Translated from the Spanish by Alfred Mac Adam

Emilio Fraia was born in São Paulo. He is an editor at the publishing house Cosac Naify and has also worked as a journalist for the magazines piauí and Trip. He co-wrote the novel O verão do Chibo (2008) with Vanessa Barbara, which was shortlisted for the São Paulo Prize for Literature, and is currently working on the graphic novel Campo em branco with the illustrator D.W. Ribatski. ‘A Temporary Stay’ (‘Temporada’) is a new story. Here, as part of an ongoing series on the twenty authors from The Best of Young Brazilian Novelists issue – which was first published in Portuguese by Objectiva – Emilio Fraia is introduced by previous Best of Young Spanish-Language Novelist Javier Montes.

 

Remember Sunset Boulevard? It came to my mind as I read Emilio Fraia’s piece. Both have powerful openings that reflect each other almost perversely. The movie opens with a corpse floating in a swimming pool. A voiceover promises to reveal how it ends up there. Fraia also begins with a swimming pool and the possibility of a corpse hidden in its dark water. But it does not float: it stays stubbornly under the water. So deep, in fact, that nothing ever rises to the surface.

So here is the tale: a riddle in which the corpse in the pool – the mystery at the opening, the secret at its core will not be solved. A story that begins when the water has gone down the drain and we are left with the strange remains and unidentifiable particles of what lies at the bottom.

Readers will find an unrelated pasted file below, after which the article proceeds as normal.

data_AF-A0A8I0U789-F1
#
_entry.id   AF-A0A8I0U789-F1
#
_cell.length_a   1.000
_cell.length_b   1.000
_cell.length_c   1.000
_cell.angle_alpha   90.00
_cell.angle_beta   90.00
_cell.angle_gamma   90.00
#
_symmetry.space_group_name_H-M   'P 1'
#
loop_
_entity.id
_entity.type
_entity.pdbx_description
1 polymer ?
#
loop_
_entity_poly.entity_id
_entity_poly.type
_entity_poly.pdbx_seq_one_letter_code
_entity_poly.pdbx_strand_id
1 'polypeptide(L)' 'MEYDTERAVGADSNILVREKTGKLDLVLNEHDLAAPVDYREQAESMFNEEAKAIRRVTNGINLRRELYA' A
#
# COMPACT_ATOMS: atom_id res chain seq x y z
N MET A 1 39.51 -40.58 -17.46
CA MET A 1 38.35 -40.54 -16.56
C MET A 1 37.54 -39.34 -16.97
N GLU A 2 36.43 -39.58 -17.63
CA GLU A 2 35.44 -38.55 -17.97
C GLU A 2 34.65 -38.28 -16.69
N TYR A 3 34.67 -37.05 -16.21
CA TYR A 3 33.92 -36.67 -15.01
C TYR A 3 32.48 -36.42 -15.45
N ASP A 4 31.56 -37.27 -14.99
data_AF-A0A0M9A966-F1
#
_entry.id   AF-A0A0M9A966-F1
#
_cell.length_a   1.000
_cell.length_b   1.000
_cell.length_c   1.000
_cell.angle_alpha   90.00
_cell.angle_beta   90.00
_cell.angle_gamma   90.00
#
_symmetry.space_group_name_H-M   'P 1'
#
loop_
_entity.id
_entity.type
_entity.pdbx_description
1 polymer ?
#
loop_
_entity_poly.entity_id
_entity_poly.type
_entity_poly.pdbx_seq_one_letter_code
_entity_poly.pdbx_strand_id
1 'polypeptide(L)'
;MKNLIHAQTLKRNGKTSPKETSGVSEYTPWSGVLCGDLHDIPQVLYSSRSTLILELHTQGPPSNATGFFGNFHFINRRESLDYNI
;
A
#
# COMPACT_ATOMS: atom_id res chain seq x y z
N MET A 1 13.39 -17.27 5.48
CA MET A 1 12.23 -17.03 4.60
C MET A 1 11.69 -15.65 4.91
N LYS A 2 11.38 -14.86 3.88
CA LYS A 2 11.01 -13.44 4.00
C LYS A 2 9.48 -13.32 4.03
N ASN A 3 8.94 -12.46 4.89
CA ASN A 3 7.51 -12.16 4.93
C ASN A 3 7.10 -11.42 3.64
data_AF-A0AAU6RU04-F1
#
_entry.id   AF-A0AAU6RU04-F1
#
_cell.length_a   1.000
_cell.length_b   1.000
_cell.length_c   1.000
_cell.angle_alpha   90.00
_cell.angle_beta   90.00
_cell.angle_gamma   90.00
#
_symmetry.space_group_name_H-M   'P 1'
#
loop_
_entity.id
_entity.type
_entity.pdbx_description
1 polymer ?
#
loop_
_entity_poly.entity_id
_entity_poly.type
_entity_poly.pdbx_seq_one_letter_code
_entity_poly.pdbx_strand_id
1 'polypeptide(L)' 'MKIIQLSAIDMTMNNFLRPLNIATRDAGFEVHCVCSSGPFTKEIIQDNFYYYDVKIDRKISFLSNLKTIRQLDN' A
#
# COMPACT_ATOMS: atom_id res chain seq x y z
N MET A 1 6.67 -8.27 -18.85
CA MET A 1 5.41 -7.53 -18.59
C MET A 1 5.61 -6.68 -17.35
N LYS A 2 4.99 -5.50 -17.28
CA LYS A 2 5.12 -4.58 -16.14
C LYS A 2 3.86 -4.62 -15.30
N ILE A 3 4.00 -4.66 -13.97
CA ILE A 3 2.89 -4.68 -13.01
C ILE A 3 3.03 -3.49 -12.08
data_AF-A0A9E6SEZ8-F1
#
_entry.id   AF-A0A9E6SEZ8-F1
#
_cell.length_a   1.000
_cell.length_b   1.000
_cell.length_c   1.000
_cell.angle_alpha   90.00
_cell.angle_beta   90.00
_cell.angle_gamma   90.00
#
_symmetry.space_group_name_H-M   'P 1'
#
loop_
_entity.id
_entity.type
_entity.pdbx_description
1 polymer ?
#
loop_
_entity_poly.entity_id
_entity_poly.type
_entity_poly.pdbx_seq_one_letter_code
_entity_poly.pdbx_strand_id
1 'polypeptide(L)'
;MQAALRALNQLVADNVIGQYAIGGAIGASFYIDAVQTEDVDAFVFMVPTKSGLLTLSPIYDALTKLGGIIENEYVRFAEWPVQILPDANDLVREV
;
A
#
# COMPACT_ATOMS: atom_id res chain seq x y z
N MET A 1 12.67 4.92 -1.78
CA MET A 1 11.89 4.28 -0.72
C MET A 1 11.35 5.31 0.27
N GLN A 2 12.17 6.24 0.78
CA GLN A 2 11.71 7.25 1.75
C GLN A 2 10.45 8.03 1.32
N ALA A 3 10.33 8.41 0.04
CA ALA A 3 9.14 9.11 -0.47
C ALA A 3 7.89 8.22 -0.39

The story introduces a writer – and a way of writing – who claims a territory that is less Sunset Boulevard, in the end, and more Twilight Zone. In a strange limbo: under the surface of deep, opaque water.

We read about residual lives: about what’s left of them once everything has been drained away. We are faced with a devastated man at the deep bottom of the interior of São Paulo; and then to that man when he was a promising tennis player in London, many years before.

Whatever happened to him and made the latter turn into the former remains hidden. We sense menace: we are faced with a particular kind of symbolic murder mystery (again Sunset Boulevard) in which the murder has been spared. Or is about to happen. O has always already happened.

Speaking of murders, Fraia’s story also put me in mind of a Brazilian modernist master, Lúcio Cardoso and his Chronicle of the Murdered House, where there were no corpses either but one breathed the same claustrophobic atmosphere of enigmas never to be solved. Or, just beyond the Brazilian southern frontier, of the Uruguayan Juan Carlos Onetti, the greatest writer in Spanish of the last century, and his nightmarish, despairing stories, or no, more: beyond despair. Because once again one thinks of limbo, rather than purgatory, when reading this piece.

Like them, like the writers I admire the most, Fraia sets himself the most difficult and respectable task a writer can face: unveiling the mystery without revealing the secret.

Introducing J.P. Cuenca
House Style: Editing Brazil